Anyone who has suffered the very unpleasant experience that is food poisoning will be happy to hear that researchers have developed technology enabling the high-speed detection of the toxic proteins that cause it. The new sensor was manufactured by employing a combination of artificial antibodies which capture these toxic proteins and a signal converter which converts those “capturing events” into optical signals.
The sensor developed by researchers at Fujitsu Laboratories Ltd. and Nagoya University, can detect toxic proteins 100 times faster than previous methods and is designed to enable faster and more accurate inspections of shipments of highly perishable foods such as dairy products.
The detection of toxic proteins requires specific antibodies to be employed, however, conventional antibodies require the use of a mammalian immune system in order to be developed. This is costly and is not conducive to maintaining a fixed level of quality. Also, conventional measuring technologies do not feature high accuracy when measuring minute quantities of toxic proteins, so they require bacteria to be cultured in order to increase the amount of toxic proteins, leading to a longer time required for measurement.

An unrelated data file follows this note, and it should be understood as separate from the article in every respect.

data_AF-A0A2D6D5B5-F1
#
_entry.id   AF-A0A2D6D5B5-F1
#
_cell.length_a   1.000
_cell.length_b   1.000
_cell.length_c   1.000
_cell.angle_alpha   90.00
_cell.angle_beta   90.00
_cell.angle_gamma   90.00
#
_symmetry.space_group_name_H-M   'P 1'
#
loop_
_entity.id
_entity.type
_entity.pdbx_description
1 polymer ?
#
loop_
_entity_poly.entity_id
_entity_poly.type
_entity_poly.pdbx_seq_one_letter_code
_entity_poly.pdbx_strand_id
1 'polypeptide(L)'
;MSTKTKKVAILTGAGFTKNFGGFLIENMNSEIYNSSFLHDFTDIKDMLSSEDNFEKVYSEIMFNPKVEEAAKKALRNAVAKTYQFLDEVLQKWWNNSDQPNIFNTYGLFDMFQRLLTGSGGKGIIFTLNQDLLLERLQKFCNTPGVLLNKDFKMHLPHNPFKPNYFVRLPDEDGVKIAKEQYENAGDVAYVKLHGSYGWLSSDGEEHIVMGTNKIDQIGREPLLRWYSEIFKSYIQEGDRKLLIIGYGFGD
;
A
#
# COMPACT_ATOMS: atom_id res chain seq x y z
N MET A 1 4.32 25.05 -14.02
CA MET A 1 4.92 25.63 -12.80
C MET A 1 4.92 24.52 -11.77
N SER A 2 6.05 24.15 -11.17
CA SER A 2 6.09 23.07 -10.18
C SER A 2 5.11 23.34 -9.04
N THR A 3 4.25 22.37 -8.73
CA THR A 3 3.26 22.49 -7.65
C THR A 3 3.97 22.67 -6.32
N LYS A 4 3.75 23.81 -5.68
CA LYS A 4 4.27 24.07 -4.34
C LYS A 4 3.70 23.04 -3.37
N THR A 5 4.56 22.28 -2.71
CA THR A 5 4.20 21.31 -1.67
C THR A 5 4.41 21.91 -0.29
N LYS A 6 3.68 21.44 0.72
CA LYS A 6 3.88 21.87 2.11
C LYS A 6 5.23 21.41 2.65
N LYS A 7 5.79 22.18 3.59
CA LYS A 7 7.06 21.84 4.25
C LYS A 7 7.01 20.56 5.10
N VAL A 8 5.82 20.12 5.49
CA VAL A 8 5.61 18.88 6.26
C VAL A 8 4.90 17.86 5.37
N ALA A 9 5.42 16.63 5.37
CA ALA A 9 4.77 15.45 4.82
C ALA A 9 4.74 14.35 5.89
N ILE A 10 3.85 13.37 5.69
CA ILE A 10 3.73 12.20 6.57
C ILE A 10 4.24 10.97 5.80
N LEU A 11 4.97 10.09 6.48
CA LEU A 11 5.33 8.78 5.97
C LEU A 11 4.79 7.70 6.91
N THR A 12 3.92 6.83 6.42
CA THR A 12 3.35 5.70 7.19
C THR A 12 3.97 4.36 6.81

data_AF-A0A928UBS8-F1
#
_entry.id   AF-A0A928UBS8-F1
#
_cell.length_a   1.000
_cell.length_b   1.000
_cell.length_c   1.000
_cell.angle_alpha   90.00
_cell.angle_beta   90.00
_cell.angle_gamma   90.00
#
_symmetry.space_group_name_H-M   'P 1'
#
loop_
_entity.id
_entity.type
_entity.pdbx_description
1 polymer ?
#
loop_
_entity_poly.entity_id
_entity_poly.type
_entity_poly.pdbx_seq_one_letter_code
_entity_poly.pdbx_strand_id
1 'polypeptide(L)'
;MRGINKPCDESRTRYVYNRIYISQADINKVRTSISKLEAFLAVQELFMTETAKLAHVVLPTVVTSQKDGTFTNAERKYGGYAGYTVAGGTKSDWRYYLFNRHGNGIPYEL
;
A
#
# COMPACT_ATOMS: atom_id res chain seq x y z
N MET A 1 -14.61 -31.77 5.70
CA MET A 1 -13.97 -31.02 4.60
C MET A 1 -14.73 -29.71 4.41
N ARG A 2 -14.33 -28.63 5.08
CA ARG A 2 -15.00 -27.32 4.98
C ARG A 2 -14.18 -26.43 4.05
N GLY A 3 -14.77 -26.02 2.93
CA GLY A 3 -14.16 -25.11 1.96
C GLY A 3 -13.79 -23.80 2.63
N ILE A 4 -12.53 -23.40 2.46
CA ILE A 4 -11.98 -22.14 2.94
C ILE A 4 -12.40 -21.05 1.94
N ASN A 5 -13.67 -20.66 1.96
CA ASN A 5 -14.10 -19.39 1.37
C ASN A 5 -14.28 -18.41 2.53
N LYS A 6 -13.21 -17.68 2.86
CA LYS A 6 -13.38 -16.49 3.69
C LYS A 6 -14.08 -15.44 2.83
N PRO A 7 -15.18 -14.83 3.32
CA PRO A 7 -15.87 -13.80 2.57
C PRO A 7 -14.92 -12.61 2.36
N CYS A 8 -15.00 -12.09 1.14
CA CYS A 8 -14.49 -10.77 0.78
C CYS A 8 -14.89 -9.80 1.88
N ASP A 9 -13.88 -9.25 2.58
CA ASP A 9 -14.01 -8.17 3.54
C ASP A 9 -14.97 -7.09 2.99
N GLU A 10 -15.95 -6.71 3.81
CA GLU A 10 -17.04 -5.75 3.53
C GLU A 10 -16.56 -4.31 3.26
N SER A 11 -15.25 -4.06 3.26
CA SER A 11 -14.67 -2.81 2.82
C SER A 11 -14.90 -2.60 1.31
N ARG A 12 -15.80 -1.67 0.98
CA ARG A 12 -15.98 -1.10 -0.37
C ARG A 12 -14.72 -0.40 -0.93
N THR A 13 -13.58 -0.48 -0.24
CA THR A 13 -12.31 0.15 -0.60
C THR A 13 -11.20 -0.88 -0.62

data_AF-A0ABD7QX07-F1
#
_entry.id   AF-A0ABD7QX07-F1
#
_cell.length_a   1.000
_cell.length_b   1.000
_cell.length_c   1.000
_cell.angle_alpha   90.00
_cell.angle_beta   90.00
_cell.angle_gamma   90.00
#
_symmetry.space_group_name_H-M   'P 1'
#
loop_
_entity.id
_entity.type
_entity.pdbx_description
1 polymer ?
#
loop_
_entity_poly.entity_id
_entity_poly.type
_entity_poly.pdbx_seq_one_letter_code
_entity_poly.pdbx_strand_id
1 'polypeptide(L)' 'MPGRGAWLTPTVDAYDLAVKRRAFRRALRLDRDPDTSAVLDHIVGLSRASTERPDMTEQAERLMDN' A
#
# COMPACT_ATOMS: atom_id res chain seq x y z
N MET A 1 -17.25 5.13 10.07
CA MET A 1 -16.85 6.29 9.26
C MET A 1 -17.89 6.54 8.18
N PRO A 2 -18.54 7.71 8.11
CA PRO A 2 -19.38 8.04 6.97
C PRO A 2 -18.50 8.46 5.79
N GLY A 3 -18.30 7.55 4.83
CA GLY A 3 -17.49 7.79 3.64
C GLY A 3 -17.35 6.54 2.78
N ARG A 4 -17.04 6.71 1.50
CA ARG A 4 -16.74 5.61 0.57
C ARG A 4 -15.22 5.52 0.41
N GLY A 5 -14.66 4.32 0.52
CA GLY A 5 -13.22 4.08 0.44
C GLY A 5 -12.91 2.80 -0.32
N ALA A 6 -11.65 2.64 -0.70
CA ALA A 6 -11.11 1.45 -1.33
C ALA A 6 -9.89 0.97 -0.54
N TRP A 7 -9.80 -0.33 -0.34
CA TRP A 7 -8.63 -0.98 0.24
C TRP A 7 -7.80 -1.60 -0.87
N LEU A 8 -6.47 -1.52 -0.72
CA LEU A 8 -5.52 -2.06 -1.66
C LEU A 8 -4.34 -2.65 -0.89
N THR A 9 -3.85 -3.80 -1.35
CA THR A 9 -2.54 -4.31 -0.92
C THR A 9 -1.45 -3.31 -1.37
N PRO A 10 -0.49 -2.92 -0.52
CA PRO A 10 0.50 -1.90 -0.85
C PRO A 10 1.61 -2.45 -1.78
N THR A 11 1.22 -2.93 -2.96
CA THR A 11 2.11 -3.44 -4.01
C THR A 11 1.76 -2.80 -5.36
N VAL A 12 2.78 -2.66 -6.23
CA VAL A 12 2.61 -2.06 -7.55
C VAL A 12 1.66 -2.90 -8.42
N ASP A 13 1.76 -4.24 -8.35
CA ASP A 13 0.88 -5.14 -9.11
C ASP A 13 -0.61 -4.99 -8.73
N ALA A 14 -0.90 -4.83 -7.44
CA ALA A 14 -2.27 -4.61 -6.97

From within this vast library of artificial antibodies the researchers were able to select the artificial antibodies that feature strong affinity with toxic proteins, and also verified that the selected artificial antibodies can be applied to conventional biochemical testing methods.
To ensure that the sensor captures proteins efficiently, the researchers developed a technology that controls the flow of sample fluid that flows onto the sensor surface. This makes it possible for the sensor to rapidly capture approximately 90 percent of proteins present in the fluid.
Fujitsu says it plans to leverage the high protein-affinity and low cost accompanying these artificial-antibody technologies, so that some of the conventional antibodies used in food and disease testing can be replaced with artificial antibodies.
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